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Discussion Starter #1
Yesterday was a rather mild, bright and sunny but cold day in West of Scotland and I was bored. My car has not been cleaned on the outside for at least 2 months and I hate seeing it all dirty and grimy. Just like a woman my Renegade was going to get a manly wash and lots of lovely gentle caresses across it's exterior. Though I was bored and the jetwash with the hosereel was in the garden shed alongside the electrical extension it meant setting it all up. Then all the different attachments were needing, lance, snow foam, foam bottles etc My mind raced with another option.

Why not spend 45 mins and do the job differently. In the boot is a pack of new microfibre cloths, a bottle of "waterless wash and wax" and nothing else required but a little bit of kneeling down. I came across waterless wash and wax on one of the TV programmes and was sceptical that anyone can spray the liquid onto a really filthy car and moments later merely wipe it off and allow it dry over a couple minutes. Thereafter its a quick buff with a clean cloth and it's now finished.

I have used this method now on my last 4 cars and the Renegade gets a clean up like this all the time. Jetwash? pfft thats for doing the driveway.

Below should be the results in picture form if I do this correctly. Look at the pictures and you will see heavy dirt around the window frames wings etc. I quite literally sprayed, waited, wiped and buffed.

Finally a little bit of bumper shine was rubbed on and buffed dry. The final picture shows the rainwater beading on the bonnet after a 10 minure drive.

Has anyone NEVER tried this method?



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While my concerns may be unfounded, I've always had concerns about "waterless" cleansers. It is my belief that applying water, under pressure, will initially "blast" off the larger bits of dirt and grime, and the gentle application of car wash soap (NOT household soap), then rinsed, again with a blast of water, will remove what is stuck on the vehicle. This prevents/reduces swirl marks on the paint. I think rubbing a slightly wet (waterless) vehicle with a towel is grinding the grime into the paint. Yes, it'll remove the dirt, but so will just rubbing it with your hand.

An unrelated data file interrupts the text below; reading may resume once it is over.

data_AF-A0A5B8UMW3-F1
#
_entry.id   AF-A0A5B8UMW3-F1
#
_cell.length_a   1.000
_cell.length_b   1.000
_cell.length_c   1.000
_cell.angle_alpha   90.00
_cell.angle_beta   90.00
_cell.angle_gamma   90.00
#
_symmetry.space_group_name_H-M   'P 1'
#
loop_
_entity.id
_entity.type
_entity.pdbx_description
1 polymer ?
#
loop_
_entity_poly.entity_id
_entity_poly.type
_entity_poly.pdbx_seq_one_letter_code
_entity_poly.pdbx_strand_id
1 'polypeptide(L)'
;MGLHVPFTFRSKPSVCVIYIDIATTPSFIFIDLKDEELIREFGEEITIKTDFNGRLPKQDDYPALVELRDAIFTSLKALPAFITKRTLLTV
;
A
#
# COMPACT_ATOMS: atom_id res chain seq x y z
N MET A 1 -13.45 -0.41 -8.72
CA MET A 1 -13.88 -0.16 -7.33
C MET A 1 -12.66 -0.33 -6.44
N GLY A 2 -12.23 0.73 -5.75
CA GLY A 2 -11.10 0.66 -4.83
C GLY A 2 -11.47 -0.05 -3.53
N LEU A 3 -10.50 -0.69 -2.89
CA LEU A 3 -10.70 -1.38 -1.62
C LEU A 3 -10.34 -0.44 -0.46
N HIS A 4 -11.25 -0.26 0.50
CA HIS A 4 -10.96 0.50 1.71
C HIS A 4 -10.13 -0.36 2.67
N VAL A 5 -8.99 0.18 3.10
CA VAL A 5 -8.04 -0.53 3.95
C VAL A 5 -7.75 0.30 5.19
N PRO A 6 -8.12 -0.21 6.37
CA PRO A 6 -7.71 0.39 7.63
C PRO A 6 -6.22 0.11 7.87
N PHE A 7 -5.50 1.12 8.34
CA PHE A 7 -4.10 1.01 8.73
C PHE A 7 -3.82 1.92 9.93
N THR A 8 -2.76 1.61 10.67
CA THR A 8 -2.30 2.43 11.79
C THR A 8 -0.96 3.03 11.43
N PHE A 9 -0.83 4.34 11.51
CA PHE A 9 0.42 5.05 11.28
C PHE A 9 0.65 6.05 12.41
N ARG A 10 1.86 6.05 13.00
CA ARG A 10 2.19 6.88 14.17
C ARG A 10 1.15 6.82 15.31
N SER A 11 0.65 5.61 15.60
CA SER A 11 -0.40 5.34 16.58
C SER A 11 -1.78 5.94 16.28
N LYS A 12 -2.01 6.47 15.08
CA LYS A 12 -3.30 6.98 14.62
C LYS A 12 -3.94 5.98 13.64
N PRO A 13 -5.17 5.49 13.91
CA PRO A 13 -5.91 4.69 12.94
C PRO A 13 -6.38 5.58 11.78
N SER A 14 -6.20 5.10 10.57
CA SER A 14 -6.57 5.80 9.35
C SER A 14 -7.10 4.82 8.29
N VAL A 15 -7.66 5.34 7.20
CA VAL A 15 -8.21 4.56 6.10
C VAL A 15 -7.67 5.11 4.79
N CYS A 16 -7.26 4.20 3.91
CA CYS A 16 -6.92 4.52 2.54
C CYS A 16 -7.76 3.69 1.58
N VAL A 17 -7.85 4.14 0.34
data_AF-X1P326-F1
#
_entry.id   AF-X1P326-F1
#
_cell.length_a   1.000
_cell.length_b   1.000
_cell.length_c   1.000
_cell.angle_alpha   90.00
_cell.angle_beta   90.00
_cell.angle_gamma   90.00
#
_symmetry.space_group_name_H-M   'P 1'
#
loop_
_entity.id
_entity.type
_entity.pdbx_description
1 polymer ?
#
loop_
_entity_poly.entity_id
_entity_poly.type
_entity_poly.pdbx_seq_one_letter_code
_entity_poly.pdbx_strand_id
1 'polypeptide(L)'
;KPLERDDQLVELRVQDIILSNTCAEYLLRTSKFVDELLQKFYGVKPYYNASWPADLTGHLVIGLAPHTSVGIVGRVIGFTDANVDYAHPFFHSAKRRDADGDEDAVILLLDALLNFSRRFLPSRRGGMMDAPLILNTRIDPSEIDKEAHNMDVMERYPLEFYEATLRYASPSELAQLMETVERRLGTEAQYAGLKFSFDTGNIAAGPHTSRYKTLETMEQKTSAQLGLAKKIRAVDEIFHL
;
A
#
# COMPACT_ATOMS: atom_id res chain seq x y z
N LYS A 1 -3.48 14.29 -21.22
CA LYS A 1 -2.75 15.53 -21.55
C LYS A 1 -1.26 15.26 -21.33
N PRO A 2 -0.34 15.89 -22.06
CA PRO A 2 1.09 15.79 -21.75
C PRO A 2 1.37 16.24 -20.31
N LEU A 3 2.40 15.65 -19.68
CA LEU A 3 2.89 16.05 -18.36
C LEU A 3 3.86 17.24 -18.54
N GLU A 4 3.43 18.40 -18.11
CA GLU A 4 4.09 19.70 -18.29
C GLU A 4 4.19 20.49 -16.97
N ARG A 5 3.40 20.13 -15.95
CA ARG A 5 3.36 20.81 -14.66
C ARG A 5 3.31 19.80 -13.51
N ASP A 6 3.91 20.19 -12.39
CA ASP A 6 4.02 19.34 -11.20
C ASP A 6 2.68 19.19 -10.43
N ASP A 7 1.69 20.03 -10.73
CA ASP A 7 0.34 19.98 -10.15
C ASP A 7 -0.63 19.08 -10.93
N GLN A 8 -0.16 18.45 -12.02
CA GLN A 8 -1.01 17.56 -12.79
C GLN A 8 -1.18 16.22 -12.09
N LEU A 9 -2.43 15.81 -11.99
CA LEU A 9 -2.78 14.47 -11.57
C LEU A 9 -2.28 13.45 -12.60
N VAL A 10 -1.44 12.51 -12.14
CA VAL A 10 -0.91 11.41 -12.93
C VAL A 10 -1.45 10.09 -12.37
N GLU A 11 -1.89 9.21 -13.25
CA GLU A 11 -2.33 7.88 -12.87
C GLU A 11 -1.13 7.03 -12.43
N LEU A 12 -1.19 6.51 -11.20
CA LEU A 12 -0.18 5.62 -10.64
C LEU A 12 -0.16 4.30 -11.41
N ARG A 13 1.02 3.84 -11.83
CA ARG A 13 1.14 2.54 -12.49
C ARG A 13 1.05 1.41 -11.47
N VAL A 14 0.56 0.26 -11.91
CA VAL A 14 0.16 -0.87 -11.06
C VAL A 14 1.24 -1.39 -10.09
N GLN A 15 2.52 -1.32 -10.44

Does using waterless cleansers harm your paint ? I honestly have no idea because I don't use them. I mistrust the claims of the manufacturers that state "guaranteed not to scratch your paint !". Why would they state otherwise ? Before I even wax my vehicles, I go over them, after being thoroughly washed, with a clay bar to further remove any stuck on contaminants the soap missed. No need to "wax in" little bits of crap into my paint.

Like I said, this theory is my own, I have no idea of it's validity. But it makes me feel better in the care of my vehicles. But it does take quite a few hours of my day to do properly.
 

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@Mud Pie , your theory is solid.

I have to admit to using a "waterless wash and wax" , but I cheated. Because of my fears with scratching the finish. I would wash the car first with water and soap (conventional method), and then use the "waterless wash and wax" as a detailing spray with benefits. lol

Spray it on, buff to a haze, allow to dry and wipe off. It works really good that way. :ROFLMAO:
 

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Discussion Starter #4
MudPie, I hoped someone would raise the concerns you have. That's exactly why I put up this post having searched and found nothing on the forum. It becomes a great chat based upon personal experience.

My car has never been through a carwash and it's not got any scratch marks or swirls. I watched in disbelief as the guy literally plastered mud on the car and then wiped it off.

Like you I was extremely sceptical as to the reasons why anyone would be so lazy as to use this method. My thoughts, like you bordered on "OMG it will scratch it, WTF are they doing to a brand new car, are they mad? No, this is just a gimmick etc"